Simple steps such as avoiding sensitive areas like marine sanctuaries, critical habitats, and feeding or breeding grounds; adopting adequate monitoring and safety zones around the sonar device; powering down in ocean conditions of particular acoustic risk; and implementing ship based, aerial, and underwater techniques to monitor when marine mammals are present enable a protective response.
But for all of the recent proposed sonar training, the Navy has refused to implement any of this mitigation, instead proposing half-measures dismissed by the federal courts as "woefully inadequate and ineffectual."
New leadership is already in place at NOAA. New leadership, we hope, will soon be coming to the US Navy. Instead of the Bush administration's last-minute attack on whales and other marine life, the new administration should require a uniform protocol of effective safeguards for all Navy sonar training that would prevent the needless infliction of harm.

Supreme Court sides with power plants over fish
April 1, 2009 (Seattle Times)
The Supreme Court ruled Wednesday that the government can weigh costs against benefits in deciding whether to order power plants to undertake environmental upgrades that would protect fish.
The court's 6-3 decision is a defeat for environmentalists who had urged the justices to uphold a favorable federal appeals court ruling that could have required an estimated 554 power plants to install technology that relies on recycled water to cool machinery.
By reducing water intake, the closed-cycle cooling also results in fewer fish being sucked into the system or smashed to death against screens. The Environmental Protection Agency estimates water-intake systems at power plants kill 3.4 billion fish and shellfish each year.
The ruling, written by Justice Antonin Scalia, was a victory for the power industry, which has long advocated for the use of cost-benefit analysis on environmental issues. The utilities were backed by the Bush administration.

Wild Pacific Salmon Explained
April 1, 2009 (Natural News)
While most consumers have learned that wild Salmon is preferable to farm-raised, there are many other variables to consider. Even after ruling out Atlantic Salmon and Steelhead Trout, there are still 5 species of Pacific Salmon and each go by several names. Additional factors such as environment, fat content, and processing can make all the difference between top shelf and bottom of the barrel Salmon. This article will summarize the key parameters involved in locating the finest of the family Salmonidae.
The five species of the Salmonidae family are highly unique and each deserves a careful look. Note that fish contain much higher body fat percentage during the early spawning process.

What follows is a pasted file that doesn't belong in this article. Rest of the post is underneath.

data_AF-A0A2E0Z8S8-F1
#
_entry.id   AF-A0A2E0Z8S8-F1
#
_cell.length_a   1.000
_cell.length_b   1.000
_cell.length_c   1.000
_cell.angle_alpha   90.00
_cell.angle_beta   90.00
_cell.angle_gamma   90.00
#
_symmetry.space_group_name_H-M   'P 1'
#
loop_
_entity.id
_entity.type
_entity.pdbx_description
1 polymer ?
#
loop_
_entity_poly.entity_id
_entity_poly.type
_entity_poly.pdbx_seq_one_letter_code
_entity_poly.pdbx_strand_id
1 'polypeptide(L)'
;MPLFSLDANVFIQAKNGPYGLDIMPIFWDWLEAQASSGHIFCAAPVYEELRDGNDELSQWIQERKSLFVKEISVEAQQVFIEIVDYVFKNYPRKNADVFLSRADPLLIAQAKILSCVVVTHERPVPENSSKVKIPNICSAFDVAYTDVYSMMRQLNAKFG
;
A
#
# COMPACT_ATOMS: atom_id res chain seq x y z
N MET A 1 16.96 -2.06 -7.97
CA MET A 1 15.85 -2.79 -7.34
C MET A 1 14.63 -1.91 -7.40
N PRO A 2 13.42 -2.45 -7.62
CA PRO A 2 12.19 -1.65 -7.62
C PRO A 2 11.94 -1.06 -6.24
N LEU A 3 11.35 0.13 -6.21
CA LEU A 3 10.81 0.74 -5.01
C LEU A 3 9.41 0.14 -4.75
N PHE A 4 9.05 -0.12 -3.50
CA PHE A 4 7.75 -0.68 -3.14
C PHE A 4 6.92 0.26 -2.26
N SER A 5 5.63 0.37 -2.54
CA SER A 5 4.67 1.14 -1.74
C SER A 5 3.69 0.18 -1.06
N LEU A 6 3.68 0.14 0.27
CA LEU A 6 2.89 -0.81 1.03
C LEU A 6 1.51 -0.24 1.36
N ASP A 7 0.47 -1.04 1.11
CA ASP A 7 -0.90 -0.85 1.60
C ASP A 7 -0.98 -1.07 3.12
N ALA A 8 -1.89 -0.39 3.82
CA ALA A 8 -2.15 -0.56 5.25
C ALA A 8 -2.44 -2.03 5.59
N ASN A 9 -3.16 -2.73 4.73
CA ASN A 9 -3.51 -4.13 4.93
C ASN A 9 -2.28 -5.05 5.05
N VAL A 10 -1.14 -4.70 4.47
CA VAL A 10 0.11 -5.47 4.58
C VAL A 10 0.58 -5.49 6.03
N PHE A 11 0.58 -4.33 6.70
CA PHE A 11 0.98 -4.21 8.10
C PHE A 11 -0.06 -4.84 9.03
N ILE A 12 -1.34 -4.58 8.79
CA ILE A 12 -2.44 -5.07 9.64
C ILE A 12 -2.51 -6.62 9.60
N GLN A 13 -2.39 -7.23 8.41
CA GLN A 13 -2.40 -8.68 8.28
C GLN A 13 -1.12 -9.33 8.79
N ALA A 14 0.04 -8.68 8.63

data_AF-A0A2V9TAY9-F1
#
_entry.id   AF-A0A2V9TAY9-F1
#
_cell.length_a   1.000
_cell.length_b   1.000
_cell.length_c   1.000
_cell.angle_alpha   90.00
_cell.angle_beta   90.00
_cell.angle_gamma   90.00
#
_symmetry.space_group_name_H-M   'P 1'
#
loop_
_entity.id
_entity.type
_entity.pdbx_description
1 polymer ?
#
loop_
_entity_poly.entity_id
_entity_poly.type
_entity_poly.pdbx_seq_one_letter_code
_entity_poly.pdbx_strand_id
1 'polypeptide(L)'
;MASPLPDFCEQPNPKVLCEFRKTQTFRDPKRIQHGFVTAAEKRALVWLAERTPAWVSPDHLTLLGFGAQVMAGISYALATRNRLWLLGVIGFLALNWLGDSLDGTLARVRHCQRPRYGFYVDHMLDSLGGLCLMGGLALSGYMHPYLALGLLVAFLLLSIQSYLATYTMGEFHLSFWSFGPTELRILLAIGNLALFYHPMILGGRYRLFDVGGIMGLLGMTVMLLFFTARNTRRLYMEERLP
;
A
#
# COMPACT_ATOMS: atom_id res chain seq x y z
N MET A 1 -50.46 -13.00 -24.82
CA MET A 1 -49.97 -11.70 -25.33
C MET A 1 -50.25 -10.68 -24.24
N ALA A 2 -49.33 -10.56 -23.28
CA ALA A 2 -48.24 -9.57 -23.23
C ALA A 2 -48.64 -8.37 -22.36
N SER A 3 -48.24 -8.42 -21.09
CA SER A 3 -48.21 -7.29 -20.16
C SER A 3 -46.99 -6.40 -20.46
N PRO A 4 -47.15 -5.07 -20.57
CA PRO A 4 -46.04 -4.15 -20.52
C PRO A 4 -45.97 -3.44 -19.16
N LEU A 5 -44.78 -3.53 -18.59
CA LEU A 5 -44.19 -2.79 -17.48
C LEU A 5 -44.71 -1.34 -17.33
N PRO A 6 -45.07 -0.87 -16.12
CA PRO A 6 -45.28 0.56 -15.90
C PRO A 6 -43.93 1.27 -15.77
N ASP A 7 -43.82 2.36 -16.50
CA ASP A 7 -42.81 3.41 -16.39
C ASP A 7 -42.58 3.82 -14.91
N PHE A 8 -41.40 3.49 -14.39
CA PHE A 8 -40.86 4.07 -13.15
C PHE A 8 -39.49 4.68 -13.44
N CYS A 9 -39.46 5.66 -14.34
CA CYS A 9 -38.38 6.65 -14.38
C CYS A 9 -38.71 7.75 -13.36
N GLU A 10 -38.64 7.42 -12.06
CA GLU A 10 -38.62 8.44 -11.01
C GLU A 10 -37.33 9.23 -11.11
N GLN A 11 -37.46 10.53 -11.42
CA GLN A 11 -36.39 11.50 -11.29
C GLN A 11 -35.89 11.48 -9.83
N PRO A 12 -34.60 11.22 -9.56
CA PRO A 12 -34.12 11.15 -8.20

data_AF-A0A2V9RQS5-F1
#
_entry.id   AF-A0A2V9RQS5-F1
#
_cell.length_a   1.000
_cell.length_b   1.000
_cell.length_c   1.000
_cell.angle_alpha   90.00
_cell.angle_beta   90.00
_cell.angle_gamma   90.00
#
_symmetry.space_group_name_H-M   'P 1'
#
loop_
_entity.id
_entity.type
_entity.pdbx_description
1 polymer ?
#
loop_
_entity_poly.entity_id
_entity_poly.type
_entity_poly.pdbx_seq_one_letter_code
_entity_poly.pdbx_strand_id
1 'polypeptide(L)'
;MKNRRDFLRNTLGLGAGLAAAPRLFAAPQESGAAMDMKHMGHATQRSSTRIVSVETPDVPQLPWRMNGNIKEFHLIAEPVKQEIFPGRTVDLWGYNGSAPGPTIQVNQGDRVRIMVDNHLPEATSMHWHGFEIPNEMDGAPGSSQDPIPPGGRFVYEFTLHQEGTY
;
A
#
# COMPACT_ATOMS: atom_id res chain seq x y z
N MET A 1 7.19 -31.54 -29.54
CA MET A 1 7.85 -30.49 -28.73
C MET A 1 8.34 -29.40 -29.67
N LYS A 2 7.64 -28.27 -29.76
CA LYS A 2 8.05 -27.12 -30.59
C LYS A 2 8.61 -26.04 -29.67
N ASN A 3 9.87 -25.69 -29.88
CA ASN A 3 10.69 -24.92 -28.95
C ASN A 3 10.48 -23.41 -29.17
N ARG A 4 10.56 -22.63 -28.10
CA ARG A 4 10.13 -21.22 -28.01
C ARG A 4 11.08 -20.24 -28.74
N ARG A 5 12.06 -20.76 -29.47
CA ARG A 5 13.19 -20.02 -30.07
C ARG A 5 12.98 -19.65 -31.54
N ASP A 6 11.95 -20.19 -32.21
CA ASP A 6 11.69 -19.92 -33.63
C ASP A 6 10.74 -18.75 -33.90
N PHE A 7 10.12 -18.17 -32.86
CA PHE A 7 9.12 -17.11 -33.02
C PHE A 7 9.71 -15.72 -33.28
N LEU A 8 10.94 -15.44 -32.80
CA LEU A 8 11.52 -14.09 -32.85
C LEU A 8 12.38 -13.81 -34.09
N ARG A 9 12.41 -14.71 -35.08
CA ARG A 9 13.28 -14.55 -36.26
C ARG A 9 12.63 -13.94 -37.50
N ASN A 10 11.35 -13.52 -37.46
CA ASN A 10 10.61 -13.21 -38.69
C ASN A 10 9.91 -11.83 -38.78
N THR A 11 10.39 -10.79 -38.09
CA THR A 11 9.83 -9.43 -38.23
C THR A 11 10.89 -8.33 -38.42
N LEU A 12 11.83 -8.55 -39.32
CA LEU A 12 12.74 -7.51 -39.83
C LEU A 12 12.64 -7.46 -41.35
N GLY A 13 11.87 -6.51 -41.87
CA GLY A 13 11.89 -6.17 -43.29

* King Salmon (Chinook) [Oncorhynchus tshawytscha] - The largest of all Salmon, the King Salmon is the most desirable species for several reasons: it has the highest percentage of body fat, the most Omega 3, and (many feel) the best flavor. Only a few fish such as Mackerel and Herring contain a higher percentage of fat than "Chinook Salmon". King Salmon is available in several pigment variations including red, white and marbled flesh. (5 out of 5 stars) 15-35% fat.
* Red Salmon (Sockeye) [Oncorhynchus nerka] - Red Salmon eat only Krill and Phytoplankton as opposed to fish, so they have the most Astaxanthin and obtain a noticeably deeper orange hue than other species. "Sockeye Salmon" are unique in that they require a lake for spawning. (4 out of 5 stars) 10%-22% fat.
* Silver Salmon (Coho) [Oncorhynchus kisutch] - Though having a lower fat content, the smaller Silver Salmon can taste close to Sockeye if from a reliable source but they normally do not contain the same amount of Omega 3 or Astaxanthin. "Coho Salmon" were introduced to the Great Lakes, first in 1873 and then successfully in the 1960's. (3 out of 5 stars) 5%-15% fat.
* Pink Salmon (Humpback) [Oncorhynchus gorbuscha] - The smallest and most abundant of Pacific Salmon, the Pink Salmon have a distinguished humpback. "Humpback Salmon" were more popular in the early 20th century until stocks declined drastically in the 1940`s and 1950`s. Bright silver when in the ocean and turning gray and yellow during spawning, "Humpies" are not as flavorful as premium kinds due to lower fat content and are generally available found canned, They cost only a fraction of what premium Salmon sell for. (2 out of 5 stars) 3%-9% fat.
* Chum Salmon (Dog) [Oncorhynchus keta] - Chum Salmon is the type found at discount grocers in the frozen section. The outer skin of Chum Salmon is unusual and resembles tie-dye. "Dog Salmon" do not naturally obtain the same intensity of orange as the others. "Spring Chum" is said to taste great when obtained fresh. (1 out of 5 stars) 2%-5% fat.
Threats to Wild Salmon
There are several dangerous trends that threaten the Salmon itself, its habitat, the consumers who enjoy them and the communities based on them:
1) Genetically Modified Salmon GMO Salmon are kept in fenced areas in the ocean and ultimately some will escape where they could multiply and overcrowd native fish out of existence, after which they would certainly die off themselves. Bred to grow faster, GMO Salmon eat everything in sight and (some even eat each other!), and this would eventually mean no Salmon at all.
2) Sea Lice A naturally occurring pest, Sea Lice only become a problem in areas where fish are overcrowded into fenced areas. The lice swim through the fence into the ocean where they infect young, nearby wild Salmon.
3) Counterfeit Wild Salmon Superstores often use deceptive marketing techniques, selling "Wild Salmon" that is artificially colored. Some is actually not wild at all. The tell-tale sign of farm-raised Salmon is that it does not stay pink after it is cooked (artificial colors fade under heat, unlike real Salmon pigment). If a restaurant doesn't tell you the Salmon is wild, it's farm raised.